The War of 1948: Representations of Israeli and Palestinian Memories and Narratives

By Avraham Sela; Alon Kadish | Go to book overview

2
Israel’s Publications Agency and the
1948 Palestinian Refugees

Rafi Nets-Zehngut


Introduction

Nations involved in an intractable conflict usually present a biased official memory of the conflict. To fit their interests, such memory portrays these nations positively and their rivals negatively. As such, it plays an important role in the conflict by affecting the psychological and behavioral reactions of the parties toward their rivals. Therefore, such memory is of importance for scholarly research as attested by the blooming research literature in recent years on memory, especially in the context of conflict, war, and peace.1

Israel’s intractable conflict with the Palestinians and the Arab states is by no means exceptional in Israel’s quest for legitimacy and self-righteousness, among others, by producing and disseminating its own memory about the causes and development of the conflict. One of Israel’s major official institutions endowed with the production of such a memory for the Israelis is the Information Center (merkaz ha-hasbara),2 specifically the Publications Agency (sherut ha-pirsumim), one of the Center’s units. The displacement and exodus of more than half of the Arab population from their homes during the 1948 Palestine War has remained the core issue shaping the conflict and the identities and policies of the parties concerned with far-reaching implications on its possible resolution. No other issue in the Israeli-Palestinian conflict has so strongly shaped the parties’ collective image of “self” and “other” and become identified with Palestinian claims of victimhood, injustice, and historical wrongdoing on Israel’s part.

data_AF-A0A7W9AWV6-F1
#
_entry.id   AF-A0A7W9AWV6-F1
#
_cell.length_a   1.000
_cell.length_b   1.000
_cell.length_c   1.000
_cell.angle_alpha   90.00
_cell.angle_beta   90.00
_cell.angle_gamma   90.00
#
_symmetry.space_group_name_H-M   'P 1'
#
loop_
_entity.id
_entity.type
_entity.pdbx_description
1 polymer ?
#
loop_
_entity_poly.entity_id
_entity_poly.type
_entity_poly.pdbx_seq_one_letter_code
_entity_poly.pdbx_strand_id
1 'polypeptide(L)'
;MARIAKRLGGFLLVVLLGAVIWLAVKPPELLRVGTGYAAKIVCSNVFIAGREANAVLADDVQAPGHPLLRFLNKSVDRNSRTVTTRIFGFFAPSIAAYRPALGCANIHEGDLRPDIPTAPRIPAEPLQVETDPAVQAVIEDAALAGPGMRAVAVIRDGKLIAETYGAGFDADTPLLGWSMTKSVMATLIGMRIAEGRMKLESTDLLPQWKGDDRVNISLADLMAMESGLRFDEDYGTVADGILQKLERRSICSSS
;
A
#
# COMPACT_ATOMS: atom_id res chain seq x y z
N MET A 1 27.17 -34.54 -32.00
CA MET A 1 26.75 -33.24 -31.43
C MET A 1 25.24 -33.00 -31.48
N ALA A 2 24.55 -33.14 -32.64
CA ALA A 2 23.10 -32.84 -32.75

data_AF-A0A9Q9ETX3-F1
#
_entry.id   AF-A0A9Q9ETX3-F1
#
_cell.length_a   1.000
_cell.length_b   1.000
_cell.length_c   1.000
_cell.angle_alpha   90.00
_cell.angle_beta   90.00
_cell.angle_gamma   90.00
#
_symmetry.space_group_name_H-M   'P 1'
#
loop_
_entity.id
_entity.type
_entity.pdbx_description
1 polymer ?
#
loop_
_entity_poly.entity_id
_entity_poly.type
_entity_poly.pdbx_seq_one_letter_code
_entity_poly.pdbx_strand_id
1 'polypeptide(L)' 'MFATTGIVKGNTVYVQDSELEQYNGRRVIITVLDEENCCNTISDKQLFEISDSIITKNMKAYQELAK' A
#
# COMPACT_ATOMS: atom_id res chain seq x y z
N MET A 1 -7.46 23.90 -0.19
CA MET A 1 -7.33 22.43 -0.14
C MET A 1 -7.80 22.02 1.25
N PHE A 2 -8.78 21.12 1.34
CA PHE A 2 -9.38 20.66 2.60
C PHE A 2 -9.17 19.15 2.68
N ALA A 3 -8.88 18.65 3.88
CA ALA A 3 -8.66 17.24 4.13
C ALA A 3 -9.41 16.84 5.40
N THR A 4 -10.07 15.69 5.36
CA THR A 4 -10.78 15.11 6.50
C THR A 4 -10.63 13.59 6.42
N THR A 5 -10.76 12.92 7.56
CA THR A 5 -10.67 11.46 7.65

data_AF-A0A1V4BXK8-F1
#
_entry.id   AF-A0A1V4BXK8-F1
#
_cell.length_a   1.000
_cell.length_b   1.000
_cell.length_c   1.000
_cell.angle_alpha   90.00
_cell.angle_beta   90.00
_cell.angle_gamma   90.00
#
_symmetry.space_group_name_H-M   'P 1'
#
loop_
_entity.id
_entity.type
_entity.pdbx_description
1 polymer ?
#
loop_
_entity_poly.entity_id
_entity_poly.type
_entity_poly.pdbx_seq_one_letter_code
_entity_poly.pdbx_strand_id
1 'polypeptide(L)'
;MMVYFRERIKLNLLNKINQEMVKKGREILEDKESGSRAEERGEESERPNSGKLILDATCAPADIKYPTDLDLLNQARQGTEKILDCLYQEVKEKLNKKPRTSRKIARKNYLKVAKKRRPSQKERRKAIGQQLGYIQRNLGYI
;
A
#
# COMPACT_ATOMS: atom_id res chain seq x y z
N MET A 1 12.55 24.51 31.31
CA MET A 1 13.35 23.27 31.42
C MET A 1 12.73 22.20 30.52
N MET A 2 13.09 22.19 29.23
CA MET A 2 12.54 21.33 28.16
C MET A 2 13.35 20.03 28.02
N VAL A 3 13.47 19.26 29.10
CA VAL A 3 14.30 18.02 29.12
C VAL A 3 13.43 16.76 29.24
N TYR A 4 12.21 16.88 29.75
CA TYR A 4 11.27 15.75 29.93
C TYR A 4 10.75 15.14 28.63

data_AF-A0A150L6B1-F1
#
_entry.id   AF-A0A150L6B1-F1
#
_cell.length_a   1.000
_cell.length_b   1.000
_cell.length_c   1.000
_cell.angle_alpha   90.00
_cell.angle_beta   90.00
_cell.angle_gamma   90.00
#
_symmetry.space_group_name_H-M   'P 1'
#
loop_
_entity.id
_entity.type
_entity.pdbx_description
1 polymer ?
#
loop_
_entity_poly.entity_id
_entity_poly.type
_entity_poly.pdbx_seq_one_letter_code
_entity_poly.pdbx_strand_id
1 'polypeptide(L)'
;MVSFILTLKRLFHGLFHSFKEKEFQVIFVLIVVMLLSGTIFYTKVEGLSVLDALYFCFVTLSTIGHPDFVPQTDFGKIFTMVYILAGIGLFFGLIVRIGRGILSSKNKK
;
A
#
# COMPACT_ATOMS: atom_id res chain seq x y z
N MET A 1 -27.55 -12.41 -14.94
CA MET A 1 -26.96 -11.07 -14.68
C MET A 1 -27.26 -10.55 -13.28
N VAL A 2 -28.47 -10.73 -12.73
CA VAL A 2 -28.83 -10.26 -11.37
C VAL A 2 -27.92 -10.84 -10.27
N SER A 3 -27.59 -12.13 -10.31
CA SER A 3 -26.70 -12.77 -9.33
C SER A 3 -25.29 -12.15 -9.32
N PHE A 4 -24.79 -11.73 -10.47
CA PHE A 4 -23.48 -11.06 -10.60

This chapter differs significantly in both data and analysis from an earlier version of this study. See Rafi Nets-Zehngut, “The Israeli National Information Center and Collective Memory of the Israeli-Arab Conflict,” The Middle East Journal 62.4 (2008): 653–70.

1. Patrick Devine-Wright, “A Theoretical Overview of Memory and Conflict,” in The Role of Memory in Ethnic Conflict, ed. Ed Cairns and Michael Roe (New York, 2003), 9–33; Jay Winter, “Thinking about Silence,” in Shadows of WarA Social History of Silence in the Twentieth Century, ed. Efrat Ben-Zeev, Ruth Ginio, and Jay Winter (Cambridge, 2010), 3–31.

2. Apart from informative publications and movies, the Center also conducted national events and internal journeys.

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